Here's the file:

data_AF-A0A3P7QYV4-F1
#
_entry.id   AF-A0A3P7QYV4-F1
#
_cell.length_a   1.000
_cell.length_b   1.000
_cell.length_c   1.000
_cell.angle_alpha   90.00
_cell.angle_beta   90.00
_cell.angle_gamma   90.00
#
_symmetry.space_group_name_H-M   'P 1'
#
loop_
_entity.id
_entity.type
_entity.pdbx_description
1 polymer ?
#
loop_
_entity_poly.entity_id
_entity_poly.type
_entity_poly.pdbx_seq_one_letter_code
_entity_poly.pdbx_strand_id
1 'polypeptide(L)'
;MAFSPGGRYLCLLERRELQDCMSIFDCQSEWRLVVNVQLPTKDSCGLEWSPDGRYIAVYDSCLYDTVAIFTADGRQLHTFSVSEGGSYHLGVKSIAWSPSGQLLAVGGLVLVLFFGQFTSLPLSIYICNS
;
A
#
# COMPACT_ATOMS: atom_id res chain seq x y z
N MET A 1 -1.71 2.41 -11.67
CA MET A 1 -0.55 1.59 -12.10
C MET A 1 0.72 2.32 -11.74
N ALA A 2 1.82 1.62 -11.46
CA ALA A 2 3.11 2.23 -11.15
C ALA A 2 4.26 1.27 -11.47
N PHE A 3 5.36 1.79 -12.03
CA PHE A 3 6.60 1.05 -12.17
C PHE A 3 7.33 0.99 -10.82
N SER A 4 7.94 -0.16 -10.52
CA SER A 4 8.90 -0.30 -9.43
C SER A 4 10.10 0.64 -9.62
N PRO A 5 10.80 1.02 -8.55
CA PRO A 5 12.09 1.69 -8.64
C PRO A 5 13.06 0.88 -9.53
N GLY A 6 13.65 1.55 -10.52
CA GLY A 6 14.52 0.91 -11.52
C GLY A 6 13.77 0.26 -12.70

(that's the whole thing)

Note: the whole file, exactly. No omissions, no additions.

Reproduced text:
data_AF-A0A3P7QYV4-F1
#
_entry.id   AF-A0A3P7QYV4-F1
#
_cell.length_a   1.000
_cell.length_b   1.000
_cell.length_c   1.000
_cell.angle_alpha   90.00
_cell.angle_beta   90.00
_cell.angle_gamma   90.00
#
_symmetry.space_group_name_H-M   'P 1'
#
loop_
_entity.id
_entity.type
_entity.pdbx_description
1 polymer ?
#
loop_
_entity_poly.entity_id
_entity_poly.type
_entity_poly.pdbx_seq_one_letter_code
_entity_poly.pdbx_strand_id
1 'polypeptide(L)'
;MAFSPGGRYLCLLERRELQDCMSIFDCQSEWRLVVNVQLPTKDSCGLEWSPDGRYIAVYDSCLYDTVAIFTADGRQLHTFSVSEGGSYHLGVKSIAWSPSGQLLAVGGLVLVLFFGQFTSLPLSIYICNS
;
A
#
# COMPACT_ATOMS: atom_id res chain seq x y z
N MET A 1 -1.71 2.41 -11.67
CA MET A 1 -0.55 1.59 -12.10
C MET A 1 0.72 2.32 -11.74
N ALA A 2 1.82 1.62 -11.46
CA ALA A 2 3.11 2.23 -11.15
C ALA A 2 4.26 1.27 -11.47
N PHE A 3 5.36 1.79 -12.03
CA PHE A 3 6.60 1.05 -12.17
C PHE A 3 7.33 0.99 -10.82
N SER A 4 7.94 -0.16 -10.52
CA SER A 4 8.90 -0.30 -9.43
C SER A 4 10.10 0.64 -9.62
N PRO A 5 10.80 1.02 -8.55
CA PRO A 5 12.09 1.69 -8.64
C PRO A 5 13.06 0.88 -9.53
N GLY A 6 13.65 1.55 -10.52
CA GLY A 6 14.52 0.91 -11.52
C GLY A 6 13.77 0.26 -12.70